Caution 3. - He may more easily fall into a gross sin of another kind than into the same after special repentance for it, and peace spoken in the pardon of it. Because true repentance especially fortifies the heart against that sin which a man hath most repented him of; and sincerity lies more in watching over that sin than any other; so, says David, Ps. xviii., 'I was upright, and kept myself from mine iniquity,' that especial sin which was eminently his sin. A man's arm that hath been broke will, if well set, rather break in some other place than where it was broke at first. Hence sometimes it falls out that that which was a godly man's bosom-sin before conversion continues not to be so after; but another steps up in the room of it, by reason that he then endeavoureth to wash out that great stain most, and spendeth the most of the fuller's soap to purge himself from it, and so becomes ever after most watchful over it, and sets in this, his weakest place, the strongest garrison, and a watch, to prevent the enemy. And as an act of some presumptuous sin, though it inclines the heart more to all sin than before, yet especially to commit that kind of sin again rather than any other; so, on the contrary, is it in a sound and solemn repentance for some especial sin, and in the endeavouring to mortify some especial member of the body of sin, (to mortify which, not only in the bulk and general, but also particularly and apart in the several members of it, the Holy Ghost exhorts, Col. iii. 5,) though thereby the whole habit of the body of sin is purged and weakened, yet that particular sin which we aim especially to have mortified, is, through God's blessing, more subdued than any other. We see idolatry was the sin which the people of Israel relapsed into again and again; yet when they were once thoroughly humbled by the captivity for it, they never returned to it, of all sins else, not to this day: so as it may be said, as was foretold haply in another case, Ezek. xvi. 43, 'Thou shalt not commit this lewdness, of all thy abominations.' Jonah, though he would haply never run away from God again after his jail delivery out of the whale's belly, yet, immediately after peace spoken to his heart, he falls into a sin of another kind, into a passion of extreme anger and peevishness, and quarrelling against God. And the reason of this especial tenderness to fall into the same sin is, because the conscience looks upon a relapse into that sin to be more heinous than into any other sin of another hind, because of that aggravation of it which thereby would stain and dye it; and although a sin of another kind shews the variety of corruption more, yet this is more against the power and work of repentance itself, which was particularly exercised about that sin; and also breaks and dissolveth all bands of a man's vows, covenants, prayers, etc., made against it in particular, and so is made more grievous. And this we may see in Ezra's humbling himself for that great sin of the people, in joining themselves in marriage with the people of the land, when he did set himself to humble himself for them, together with those 'that feared God,' chap. ix. 4. What a hideous apprehension of the heinousness of that sin, if they should again fall into it, did that day's repentance raise his heart up unto? as appears, ver. 14, 'Should we again break thy commandments, and join in affinity with them, wouldest thou not destroy us till thou hadst consumed us, and till there was no escaping?' Into which sin yet the people did again fall, after they had repented of it with a solemn confession and promise of amendment, which is recorded chap. x. 11, 12, tIre.; yet they returned to it again the second time, as we find in Malachi, who lived the last of the prophets, and after this prayer of Ezra. For, chap. ii. 11, the prophet says, 'An abomination is committed in. Jerusalem, for Judah hath married the daughter of a strange god;' and then follows the aggravation, ver. 13, 'This ye have done again,'- that is, the second time, and in that respect are challenged to deal treacherously, and that also in respect they had repented of it the first time, - 'covering the altar with tears, with weeping, and with crying out,' as Malachi there speaks, so as 'God regardeth not your offerings any more.' And therefore, also, Ps. lxxviii. 40, 'How oft did they,' saith he, as aggravating their sins, by murmuring 'provoke the Lord?' and, Num. xiv. 22, God reckons up and mentions the times of their sinning, how often they had thus sinned, as an aggravation of them; 'they have tempted me these teim times.'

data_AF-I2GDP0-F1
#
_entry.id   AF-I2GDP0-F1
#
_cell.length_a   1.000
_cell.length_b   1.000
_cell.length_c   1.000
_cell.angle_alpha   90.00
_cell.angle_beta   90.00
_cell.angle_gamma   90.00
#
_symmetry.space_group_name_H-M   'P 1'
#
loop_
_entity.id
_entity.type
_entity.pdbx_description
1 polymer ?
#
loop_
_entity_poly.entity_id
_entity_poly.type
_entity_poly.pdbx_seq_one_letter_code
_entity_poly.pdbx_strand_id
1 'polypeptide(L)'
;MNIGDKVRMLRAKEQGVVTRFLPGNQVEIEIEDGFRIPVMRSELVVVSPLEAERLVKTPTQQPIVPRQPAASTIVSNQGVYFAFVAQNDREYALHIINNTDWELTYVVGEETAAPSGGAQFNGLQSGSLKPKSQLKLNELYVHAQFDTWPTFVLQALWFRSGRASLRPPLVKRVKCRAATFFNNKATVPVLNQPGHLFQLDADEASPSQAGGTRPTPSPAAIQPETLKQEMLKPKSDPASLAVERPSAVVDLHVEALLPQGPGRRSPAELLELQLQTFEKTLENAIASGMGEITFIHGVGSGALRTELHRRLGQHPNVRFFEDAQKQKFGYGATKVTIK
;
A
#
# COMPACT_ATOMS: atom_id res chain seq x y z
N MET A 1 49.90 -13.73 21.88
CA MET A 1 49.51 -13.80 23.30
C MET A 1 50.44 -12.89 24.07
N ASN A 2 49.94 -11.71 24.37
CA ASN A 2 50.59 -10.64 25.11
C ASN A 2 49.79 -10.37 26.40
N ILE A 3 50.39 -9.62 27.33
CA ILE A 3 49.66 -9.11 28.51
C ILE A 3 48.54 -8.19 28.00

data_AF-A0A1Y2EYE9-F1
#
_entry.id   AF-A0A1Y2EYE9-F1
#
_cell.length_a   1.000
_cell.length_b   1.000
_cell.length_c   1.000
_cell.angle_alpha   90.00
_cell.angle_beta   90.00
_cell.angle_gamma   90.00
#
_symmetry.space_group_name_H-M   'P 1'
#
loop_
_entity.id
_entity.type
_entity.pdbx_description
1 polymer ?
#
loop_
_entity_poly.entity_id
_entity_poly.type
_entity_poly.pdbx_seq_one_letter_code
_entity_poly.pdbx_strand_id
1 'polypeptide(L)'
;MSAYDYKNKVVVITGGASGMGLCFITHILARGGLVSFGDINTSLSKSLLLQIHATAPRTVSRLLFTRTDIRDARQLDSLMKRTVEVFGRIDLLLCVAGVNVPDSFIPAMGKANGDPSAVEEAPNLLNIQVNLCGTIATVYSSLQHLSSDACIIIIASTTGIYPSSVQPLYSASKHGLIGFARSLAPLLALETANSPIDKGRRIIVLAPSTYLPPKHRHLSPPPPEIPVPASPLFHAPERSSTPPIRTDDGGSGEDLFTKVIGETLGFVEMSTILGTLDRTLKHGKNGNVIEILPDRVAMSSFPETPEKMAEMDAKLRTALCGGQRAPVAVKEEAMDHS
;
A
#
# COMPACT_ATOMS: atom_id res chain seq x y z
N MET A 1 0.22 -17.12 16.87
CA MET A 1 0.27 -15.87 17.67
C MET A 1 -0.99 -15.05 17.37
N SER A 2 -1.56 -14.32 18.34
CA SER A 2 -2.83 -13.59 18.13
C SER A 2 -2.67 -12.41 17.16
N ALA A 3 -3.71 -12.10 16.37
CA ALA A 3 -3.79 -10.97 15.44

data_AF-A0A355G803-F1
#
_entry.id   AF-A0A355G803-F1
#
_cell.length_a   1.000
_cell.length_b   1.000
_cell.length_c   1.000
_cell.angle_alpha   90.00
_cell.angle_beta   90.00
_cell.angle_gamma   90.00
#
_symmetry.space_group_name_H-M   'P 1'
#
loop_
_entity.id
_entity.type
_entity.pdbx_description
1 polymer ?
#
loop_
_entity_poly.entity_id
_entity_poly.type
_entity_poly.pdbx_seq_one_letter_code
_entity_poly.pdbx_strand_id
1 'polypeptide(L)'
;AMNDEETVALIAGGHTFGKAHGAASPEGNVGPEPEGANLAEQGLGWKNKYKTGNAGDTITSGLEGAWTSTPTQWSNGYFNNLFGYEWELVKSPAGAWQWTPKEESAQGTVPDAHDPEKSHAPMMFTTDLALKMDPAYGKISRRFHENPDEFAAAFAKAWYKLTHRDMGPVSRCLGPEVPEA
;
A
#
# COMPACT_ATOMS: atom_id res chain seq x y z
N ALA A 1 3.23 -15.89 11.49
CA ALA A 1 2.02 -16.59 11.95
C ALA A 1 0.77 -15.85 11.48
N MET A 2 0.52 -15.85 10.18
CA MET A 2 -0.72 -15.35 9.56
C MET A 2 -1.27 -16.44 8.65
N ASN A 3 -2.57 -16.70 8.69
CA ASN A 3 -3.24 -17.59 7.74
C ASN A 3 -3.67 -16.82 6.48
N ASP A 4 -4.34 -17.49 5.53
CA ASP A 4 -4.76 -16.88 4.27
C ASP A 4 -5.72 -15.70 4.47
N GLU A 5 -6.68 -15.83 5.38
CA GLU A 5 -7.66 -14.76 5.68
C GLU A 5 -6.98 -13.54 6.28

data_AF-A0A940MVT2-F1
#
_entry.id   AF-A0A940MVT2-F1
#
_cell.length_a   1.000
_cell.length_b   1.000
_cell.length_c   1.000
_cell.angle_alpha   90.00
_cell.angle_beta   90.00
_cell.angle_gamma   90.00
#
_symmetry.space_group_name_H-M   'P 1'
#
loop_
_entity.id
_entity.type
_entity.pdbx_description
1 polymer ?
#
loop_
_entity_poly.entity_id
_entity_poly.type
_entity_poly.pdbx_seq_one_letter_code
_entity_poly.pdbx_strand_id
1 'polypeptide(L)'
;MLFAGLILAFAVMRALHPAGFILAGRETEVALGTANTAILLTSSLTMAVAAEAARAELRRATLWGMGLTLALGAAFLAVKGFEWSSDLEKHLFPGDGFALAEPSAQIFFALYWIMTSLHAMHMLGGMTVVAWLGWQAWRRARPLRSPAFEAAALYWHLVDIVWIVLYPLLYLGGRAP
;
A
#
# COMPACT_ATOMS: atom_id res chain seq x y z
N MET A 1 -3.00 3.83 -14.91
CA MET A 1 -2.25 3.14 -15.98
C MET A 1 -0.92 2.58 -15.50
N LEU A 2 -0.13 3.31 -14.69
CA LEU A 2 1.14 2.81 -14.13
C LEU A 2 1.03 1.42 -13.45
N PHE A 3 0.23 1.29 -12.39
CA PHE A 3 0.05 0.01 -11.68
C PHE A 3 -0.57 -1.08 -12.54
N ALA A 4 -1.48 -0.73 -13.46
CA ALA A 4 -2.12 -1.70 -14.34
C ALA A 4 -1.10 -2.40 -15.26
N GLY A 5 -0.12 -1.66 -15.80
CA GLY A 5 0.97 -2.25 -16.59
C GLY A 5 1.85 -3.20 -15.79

Caution 4. - He may fall into the same sin again and again, until he hath recovered himself and his peace fully by a thorough repentance, but yet seldom after. Lot committed incest two nights together; but the orifice of his lust was not yet stopped by repentance, the wound was not closed, and so bled again afresh; but when it is healed once, and the heart made perfect with God, and divorced from that sin, and entered into communion with God again, then though it may fall out, yet a man more hardly returns. A woman that is gone from her husband may play the whore a long while with him she ran away withal, till her husband fetches her again : but to run often away, after receiving again, is intolerable. That is not so ordinary in God's child.